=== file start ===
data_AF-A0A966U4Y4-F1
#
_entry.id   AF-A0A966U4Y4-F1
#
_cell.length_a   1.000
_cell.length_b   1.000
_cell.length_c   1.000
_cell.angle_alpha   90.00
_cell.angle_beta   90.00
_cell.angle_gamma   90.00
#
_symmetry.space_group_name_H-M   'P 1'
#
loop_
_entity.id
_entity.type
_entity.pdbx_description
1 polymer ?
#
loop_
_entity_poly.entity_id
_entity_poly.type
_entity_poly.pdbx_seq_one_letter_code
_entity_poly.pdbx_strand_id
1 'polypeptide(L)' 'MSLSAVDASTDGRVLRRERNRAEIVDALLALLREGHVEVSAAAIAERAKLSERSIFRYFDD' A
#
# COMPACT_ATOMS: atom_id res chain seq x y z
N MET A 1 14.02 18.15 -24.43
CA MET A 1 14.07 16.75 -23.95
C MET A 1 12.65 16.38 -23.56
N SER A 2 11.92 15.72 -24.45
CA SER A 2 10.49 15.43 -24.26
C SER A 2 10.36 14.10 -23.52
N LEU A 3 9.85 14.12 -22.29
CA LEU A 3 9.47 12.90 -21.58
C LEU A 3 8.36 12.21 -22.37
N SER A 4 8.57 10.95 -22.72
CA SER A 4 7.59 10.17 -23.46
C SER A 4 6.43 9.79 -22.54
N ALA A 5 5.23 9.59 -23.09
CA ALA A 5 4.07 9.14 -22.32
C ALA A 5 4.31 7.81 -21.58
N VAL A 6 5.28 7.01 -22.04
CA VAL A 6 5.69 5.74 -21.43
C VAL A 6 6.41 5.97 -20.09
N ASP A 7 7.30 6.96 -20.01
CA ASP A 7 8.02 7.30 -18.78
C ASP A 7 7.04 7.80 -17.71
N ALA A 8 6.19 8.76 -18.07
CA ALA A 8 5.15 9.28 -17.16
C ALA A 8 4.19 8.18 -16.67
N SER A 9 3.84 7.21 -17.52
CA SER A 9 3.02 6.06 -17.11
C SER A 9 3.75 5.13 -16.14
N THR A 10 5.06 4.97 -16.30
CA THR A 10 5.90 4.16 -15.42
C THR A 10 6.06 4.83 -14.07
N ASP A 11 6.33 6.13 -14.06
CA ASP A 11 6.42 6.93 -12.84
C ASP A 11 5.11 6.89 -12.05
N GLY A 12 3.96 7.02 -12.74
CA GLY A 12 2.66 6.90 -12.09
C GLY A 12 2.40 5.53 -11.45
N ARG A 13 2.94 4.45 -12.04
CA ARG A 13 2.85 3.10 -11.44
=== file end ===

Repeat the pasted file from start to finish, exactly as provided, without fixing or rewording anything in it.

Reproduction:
data_AF-A0A966U4Y4-F1
#
_entry.id   AF-A0A966U4Y4-F1
#
_cell.length_a   1.000
_cell.length_b   1.000
_cell.length_c   1.000
_cell.angle_alpha   90.00
_cell.angle_beta   90.00
_cell.angle_gamma   90.00
#
_symmetry.space_group_name_H-M   'P 1'
#
loop_
_entity.id
_entity.type
_entity.pdbx_description
1 polymer ?
#
loop_
_entity_poly.entity_id
_entity_poly.type
_entity_poly.pdbx_seq_one_letter_code
_entity_poly.pdbx_strand_id
1 'polypeptide(L)' 'MSLSAVDASTDGRVLRRERNRAEIVDALLALLREGHVEVSAAAIAERAKLSERSIFRYFDD' A
#
# COMPACT_ATOMS: atom_id res chain seq x y z
N MET A 1 14.02 18.15 -24.43
CA MET A 1 14.07 16.75 -23.95
C MET A 1 12.65 16.38 -23.56
N SER A 2 11.92 15.72 -24.45
CA SER A 2 10.49 15.43 -24.26
C SER A 2 10.36 14.10 -23.52
N LEU A 3 9.85 14.12 -22.29
CA LEU A 3 9.47 12.90 -21.58
C LEU A 3 8.36 12.21 -22.37
N SER A 4 8.57 10.95 -22.72
CA SER A 4 7.59 10.17 -23.46
C SER A 4 6.43 9.79 -22.54
N ALA A 5 5.23 9.59 -23.09
CA ALA A 5 4.07 9.14 -22.32
C ALA A 5 4.31 7.81 -21.58
N VAL A 6 5.28 7.01 -22.04
CA VAL A 6 5.69 5.74 -21.43
C VAL A 6 6.41 5.97 -20.09
N ASP A 7 7.30 6.96 -20.01
CA ASP A 7 8.02 7.30 -18.78
C ASP A 7 7.04 7.80 -17.71
N ALA A 8 6.19 8.76 -18.07
CA ALA A 8 5.15 9.28 -17.16
C ALA A 8 4.19 8.18 -16.67
N SER A 9 3.84 7.21 -17.52
CA SER A 9 3.02 6.06 -17.11
C SER A 9 3.75 5.13 -16.14
N THR A 10 5.06 4.97 -16.30
CA THR A 10 5.90 4.16 -15.42
C THR A 10 6.06 4.83 -14.07
N ASP A 11 6.33 6.13 -14.06
CA ASP A 11 6.42 6.93 -12.84
C ASP A 11 5.11 6.89 -12.05
N GLY A 12 3.96 7.02 -12.74
CA GLY A 12 2.66 6.90 -12.09
C GLY A 12 2.40 5.53 -11.45
N ARG A 13 2.94 4.45 -12.04
CA ARG A 13 2.85 3.10 -11.44